On Friday morning, Greg McGarity was preparing for his final home game as Georgia's athletic director, as well as senior day for a handful of the Bulldogs' departing players.
By lunchtime, Georgia's scheduled game against Vanderbilt at Sanford Stadium on Saturday had been postponed until Dec. 19 because of COVID-19 cases, contact tracing issues, injuries and opt-outs within the Commodores' football program.
"We've been ready to play every week, and we've had two games that were postponed and one that was nearly postponed," said McGarity, who announced earlier this week that he would retire on Dec. 31. "It gets frustrating, and when you're dealing with young people, it's tough for them to understand, especially when you've done the best you can to prepare for every game.
"It's just unfortunate. It was Senior Day and parents were on the way. If we're playing the 19th, that's great, but I think there's some concern if that will be played. I know Vandy's committed to play. I just hope it develops that way."
It was the second time in four weeks that No. 8 Georgia had its game postponed because an opponent fell below the SEC's minimum roster requirement of 53 players. The Bulldogs' Nov. 14 road game at Missouri was postponed and has been re-scheduled for Dec. 12.
Mississippi State nearly didn't make a trip to Georgia on Nov. 21 because of roster issues. Georgia won 31-24 against short-handed MSU.
"You make sacrifices, and we've been virtually COVID-free all fall, with 205 people that get tested three times a week," McGarity said. "That's an amazing stat, and it might all go to hell in a handbasket tomorrow. But up until this point, it's an illustration that you can deal with this effectively.
"We've proven it, and I think Kentucky and South Carolina have proven it because they have not had to miss a game. Alabama hasn't had to miss a game. It's proven it can be done by several schools in the conference. When you're one of the schools that has had the discipline and guidance and commitment and desire to want to play the game, that tells you something about the culture you have within your football team. Unfortunately, other than the health of our young people and our staff, you get no gold stars for that. There's nothing fair in the COVID world."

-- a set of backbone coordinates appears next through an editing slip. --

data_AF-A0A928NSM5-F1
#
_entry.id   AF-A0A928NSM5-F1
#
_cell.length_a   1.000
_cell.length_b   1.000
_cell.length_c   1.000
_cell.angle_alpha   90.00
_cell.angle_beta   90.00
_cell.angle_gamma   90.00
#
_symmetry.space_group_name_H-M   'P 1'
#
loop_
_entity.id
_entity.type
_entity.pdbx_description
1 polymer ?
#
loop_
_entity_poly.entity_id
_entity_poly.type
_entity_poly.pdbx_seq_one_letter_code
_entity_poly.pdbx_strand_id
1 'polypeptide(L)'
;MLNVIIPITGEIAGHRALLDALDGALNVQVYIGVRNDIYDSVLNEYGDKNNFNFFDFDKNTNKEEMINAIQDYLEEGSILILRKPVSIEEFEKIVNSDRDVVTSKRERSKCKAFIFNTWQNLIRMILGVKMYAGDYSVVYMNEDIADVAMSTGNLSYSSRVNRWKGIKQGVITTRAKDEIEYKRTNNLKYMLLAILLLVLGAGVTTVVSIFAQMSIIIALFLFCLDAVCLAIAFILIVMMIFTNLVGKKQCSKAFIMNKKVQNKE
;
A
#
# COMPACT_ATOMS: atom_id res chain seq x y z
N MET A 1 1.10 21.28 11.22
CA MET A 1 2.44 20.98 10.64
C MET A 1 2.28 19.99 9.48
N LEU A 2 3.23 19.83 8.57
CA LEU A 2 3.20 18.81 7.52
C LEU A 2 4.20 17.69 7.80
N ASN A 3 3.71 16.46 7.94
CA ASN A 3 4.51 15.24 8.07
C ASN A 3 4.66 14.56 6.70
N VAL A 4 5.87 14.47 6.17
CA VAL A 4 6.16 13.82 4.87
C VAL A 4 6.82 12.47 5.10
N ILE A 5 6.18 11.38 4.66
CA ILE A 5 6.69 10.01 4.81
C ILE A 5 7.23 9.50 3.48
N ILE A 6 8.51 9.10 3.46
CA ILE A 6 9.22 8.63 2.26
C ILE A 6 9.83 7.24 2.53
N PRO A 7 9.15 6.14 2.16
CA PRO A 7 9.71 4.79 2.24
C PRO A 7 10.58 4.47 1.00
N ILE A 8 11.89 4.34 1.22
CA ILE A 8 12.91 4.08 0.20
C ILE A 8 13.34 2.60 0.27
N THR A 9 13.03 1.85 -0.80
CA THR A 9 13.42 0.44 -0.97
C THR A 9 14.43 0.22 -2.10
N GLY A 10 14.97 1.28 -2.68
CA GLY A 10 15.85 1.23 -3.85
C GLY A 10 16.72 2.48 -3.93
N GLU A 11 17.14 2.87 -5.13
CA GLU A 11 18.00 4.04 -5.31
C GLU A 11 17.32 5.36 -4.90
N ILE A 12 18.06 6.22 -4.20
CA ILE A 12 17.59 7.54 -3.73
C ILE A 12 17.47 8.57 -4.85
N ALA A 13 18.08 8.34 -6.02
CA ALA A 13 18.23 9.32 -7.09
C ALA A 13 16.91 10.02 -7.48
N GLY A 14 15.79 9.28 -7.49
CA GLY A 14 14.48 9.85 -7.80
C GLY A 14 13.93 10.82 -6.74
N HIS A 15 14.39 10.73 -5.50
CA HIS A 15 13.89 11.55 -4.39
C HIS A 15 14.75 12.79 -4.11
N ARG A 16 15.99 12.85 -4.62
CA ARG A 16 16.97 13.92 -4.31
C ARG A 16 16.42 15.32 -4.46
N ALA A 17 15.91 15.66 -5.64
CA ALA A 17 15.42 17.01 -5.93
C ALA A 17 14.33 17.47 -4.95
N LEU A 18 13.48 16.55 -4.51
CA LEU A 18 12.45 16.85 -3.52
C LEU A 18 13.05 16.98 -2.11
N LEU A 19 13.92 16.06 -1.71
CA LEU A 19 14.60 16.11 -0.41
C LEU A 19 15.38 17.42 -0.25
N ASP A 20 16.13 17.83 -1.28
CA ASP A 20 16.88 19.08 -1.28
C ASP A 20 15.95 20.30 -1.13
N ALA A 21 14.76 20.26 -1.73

Earlier this week, Vanderbilt interim coach Todd Fitch said his team had at least 53 players, with two COVID-19 tests remaining this week. He also acknowledged that some players were considering opting out after coach Derek Mason was fired Sunday.
"We had an inkling there might be a problem last night," McGarity said. "When you have kids that opt out and you have injuries, your margin of error is gone with your numbers. It all mushrooms, and you can't make the numbers work. The opt-out piece is what's really hurting everyone. All of those three things together is a bad mix. When they all come together, it's a recipe for disaster. In this case, I think that's what happened."
Also on Friday, the Buffalo-Ohio game scheduled for Saturday was canceled due to positive COVID-19 tests and contact tracing for the Bobcats. The cancellation left Buffalo (4-0) in limbo, waiting for the conference to determine whether the school has won the division title and a berth in the MAC championship game in Detroit on Dec. 18.
The Associated Press contributed to this report.